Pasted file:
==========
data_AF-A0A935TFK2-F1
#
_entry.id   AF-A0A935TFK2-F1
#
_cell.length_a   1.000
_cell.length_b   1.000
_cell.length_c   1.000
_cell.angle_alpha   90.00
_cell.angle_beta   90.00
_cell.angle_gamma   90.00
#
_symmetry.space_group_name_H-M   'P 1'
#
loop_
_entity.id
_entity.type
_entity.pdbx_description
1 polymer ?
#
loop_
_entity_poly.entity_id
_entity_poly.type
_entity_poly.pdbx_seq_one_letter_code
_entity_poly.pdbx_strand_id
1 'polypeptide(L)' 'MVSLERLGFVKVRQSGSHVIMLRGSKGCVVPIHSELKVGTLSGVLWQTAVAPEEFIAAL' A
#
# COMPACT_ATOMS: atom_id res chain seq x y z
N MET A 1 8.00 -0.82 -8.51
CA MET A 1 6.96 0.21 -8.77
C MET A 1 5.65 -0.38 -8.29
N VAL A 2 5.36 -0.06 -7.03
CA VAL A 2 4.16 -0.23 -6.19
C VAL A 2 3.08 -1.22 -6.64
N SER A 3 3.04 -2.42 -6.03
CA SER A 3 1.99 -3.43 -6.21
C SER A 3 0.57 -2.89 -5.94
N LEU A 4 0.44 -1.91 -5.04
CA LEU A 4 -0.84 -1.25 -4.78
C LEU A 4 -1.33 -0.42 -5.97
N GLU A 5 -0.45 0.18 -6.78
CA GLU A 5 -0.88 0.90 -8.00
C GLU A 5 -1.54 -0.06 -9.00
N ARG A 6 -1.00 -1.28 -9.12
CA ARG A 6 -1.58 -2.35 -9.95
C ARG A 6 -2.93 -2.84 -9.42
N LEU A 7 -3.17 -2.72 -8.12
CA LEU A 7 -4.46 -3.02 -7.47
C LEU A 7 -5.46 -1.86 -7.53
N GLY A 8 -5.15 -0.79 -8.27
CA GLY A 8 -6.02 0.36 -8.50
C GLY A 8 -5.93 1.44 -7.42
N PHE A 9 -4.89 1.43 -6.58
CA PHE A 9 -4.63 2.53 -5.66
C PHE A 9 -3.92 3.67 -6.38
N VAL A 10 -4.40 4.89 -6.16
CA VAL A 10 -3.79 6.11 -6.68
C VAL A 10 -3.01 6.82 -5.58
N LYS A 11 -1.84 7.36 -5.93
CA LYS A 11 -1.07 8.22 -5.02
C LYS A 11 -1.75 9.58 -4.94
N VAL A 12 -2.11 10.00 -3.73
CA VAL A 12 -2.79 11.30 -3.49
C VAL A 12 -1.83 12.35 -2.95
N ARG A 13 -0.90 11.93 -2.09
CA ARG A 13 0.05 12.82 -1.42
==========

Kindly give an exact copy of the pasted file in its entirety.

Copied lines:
data_AF-A0A935TFK2-F1
#
_entry.id   AF-A0A935TFK2-F1
#
_cell.length_a   1.000
_cell.length_b   1.000
_cell.length_c   1.000
_cell.angle_alpha   90.00
_cell.angle_beta   90.00
_cell.angle_gamma   90.00
#
_symmetry.space_group_name_H-M   'P 1'
#
loop_
_entity.id
_entity.type
_entity.pdbx_description
1 polymer ?
#
loop_
_entity_poly.entity_id
_entity_poly.type
_entity_poly.pdbx_seq_one_letter_code
_entity_poly.pdbx_strand_id
1 'polypeptide(L)' 'MVSLERLGFVKVRQSGSHVIMLRGSKGCVVPIHSELKVGTLSGVLWQTAVAPEEFIAAL' A
#
# COMPACT_ATOMS: atom_id res chain seq x y z
N MET A 1 8.00 -0.82 -8.51
CA MET A 1 6.96 0.21 -8.77
C MET A 1 5.65 -0.38 -8.29
N VAL A 2 5.36 -0.06 -7.03
CA VAL A 2 4.16 -0.23 -6.19
C VAL A 2 3.08 -1.22 -6.64
N SER A 3 3.04 -2.42 -6.03
CA SER A 3 1.99 -3.43 -6.21
C SER A 3 0.57 -2.89 -5.94
N LEU A 4 0.44 -1.91 -5.04
CA LEU A 4 -0.84 -1.25 -4.78
C LEU A 4 -1.33 -0.42 -5.97
N GLU A 5 -0.45 0.18 -6.78
CA GLU A 5 -0.88 0.90 -8.00
C GLU A 5 -1.54 -0.06 -9.00
N ARG A 6 -1.00 -1.28 -9.12
CA ARG A 6 -1.58 -2.35 -9.95
C ARG A 6 -2.93 -2.84 -9.42
N LEU A 7 -3.17 -2.72 -8.12
CA LEU A 7 -4.46 -3.02 -7.47
C LEU A 7 -5.46 -1.86 -7.53
N GLY A 8 -5.15 -0.79 -8.27
CA GLY A 8 -6.02 0.36 -8.50
C GLY A 8 -5.93 1.44 -7.42
N PHE A 9 -4.89 1.43 -6.58
CA PHE A 9 -4.63 2.53 -5.66
C PHE A 9 -3.92 3.67 -6.38
N VAL A 10 -4.40 4.89 -6.16
CA VAL A 10 -3.79 6.11 -6.68
C VAL A 10 -3.01 6.82 -5.58
N LYS A 11 -1.84 7.36 -5.93
CA LYS A 11 -1.07 8.22 -5.02
C LYS A 11 -1.75 9.58 -4.94
N VAL A 12 -2.11 10.00 -3.73
CA VAL A 12 -2.79 11.30 -3.49
C VAL A 12 -1.83 12.35 -2.95
N ARG A 13 -0.90 11.93 -2.09
CA ARG A 13 0.05 12.82 -1.42